Understanding Stock Options: A Brief Look

A reader (whose identity shall remain secret) writes:

I had a question about stock options that I was hoping you could answer. I work for a BIG internet company (you can probably guess which one). I have 114 stock options; a quarter of which vest each year for four years with a 10 year lifespan. The stock price is currently quite high, and I was wondering if you had such options would you cash out at a high stock price or hold on to them for the 10 year period. I don’t “need” the cash for living expenses or debt, but I don’t have very much for travel and other such things.

Let’s “guess” that this person works for Google (GOOG). Google’s stock currently sits at about 508. I’m going to speculate that this person’s option exercise price is rather low, substantially lower than the current price (if it’s close to the price or equal to it, ignore what is being said here and hold it).

The biggest question you need to ask yourself is do you believe that your company is going to continue to grow at a rapid pace? You should have somewhat more insight into this than the average person because you work for the company. Are there good, money making products in the pipeline? Or does it look like there’s no significant room for very strong growth? I can’t answer this question for you, but I can tell you to trust your gut above everything else. Don’t try to talk yourself into feeling one way or another about the answer to that question, just listen to your gut and follow it.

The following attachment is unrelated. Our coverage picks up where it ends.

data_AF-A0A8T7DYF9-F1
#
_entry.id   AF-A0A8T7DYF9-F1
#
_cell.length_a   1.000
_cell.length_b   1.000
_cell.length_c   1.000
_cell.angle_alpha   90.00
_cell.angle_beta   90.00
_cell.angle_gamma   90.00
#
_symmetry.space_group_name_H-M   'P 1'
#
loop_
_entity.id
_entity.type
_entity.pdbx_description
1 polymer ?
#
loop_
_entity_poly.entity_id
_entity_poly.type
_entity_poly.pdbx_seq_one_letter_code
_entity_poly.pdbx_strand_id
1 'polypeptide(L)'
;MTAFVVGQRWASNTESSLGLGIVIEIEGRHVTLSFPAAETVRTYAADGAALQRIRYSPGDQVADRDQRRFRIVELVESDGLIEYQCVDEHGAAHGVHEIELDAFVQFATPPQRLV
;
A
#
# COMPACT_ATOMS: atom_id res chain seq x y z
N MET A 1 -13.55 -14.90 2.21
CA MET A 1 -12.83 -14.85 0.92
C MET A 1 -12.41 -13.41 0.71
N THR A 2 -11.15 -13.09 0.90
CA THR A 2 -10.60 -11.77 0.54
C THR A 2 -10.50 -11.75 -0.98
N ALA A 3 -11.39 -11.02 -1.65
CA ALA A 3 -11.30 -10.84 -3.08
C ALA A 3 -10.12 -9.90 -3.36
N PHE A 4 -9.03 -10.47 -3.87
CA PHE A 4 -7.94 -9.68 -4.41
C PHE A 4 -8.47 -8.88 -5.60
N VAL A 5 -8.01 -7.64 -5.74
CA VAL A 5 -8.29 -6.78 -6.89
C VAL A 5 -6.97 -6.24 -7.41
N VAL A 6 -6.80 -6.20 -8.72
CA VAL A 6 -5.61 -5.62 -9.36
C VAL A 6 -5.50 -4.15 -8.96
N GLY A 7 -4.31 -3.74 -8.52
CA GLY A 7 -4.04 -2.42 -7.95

If it looks like there’s still significant gas left in the tank for the company itself to grow, hold the options for now. You should wait until the instant your gut begins to tell you that the skyrocketing is slowing down or is over, then exercise the options and sell the stock.

The reason is that when a company begins to show signs of slowdown in growth, their stock usually takes a pretty strong hit for a while as it stops being a growth stock and moves to being an ordinary or a value stock. This means the price to earnings ratio is going to go down rapidly, and if the earnings aren’t still growing rapidly, the only place for the stock to go is down – or at the very least, many years of sitting in the doldrums with no growth at all. In the long run, if the company is good, it will grow again, but it may take a very long time to reach its earlier heights.

Also, don’t worry about not hitting it at the exact perfect moment to maximize your dollar. The truth is that no matter what you do, you won’t time it perfectly unless you’re simply incredibly lucky.

Good luck – you’re likely to make some good money no matter what you do.

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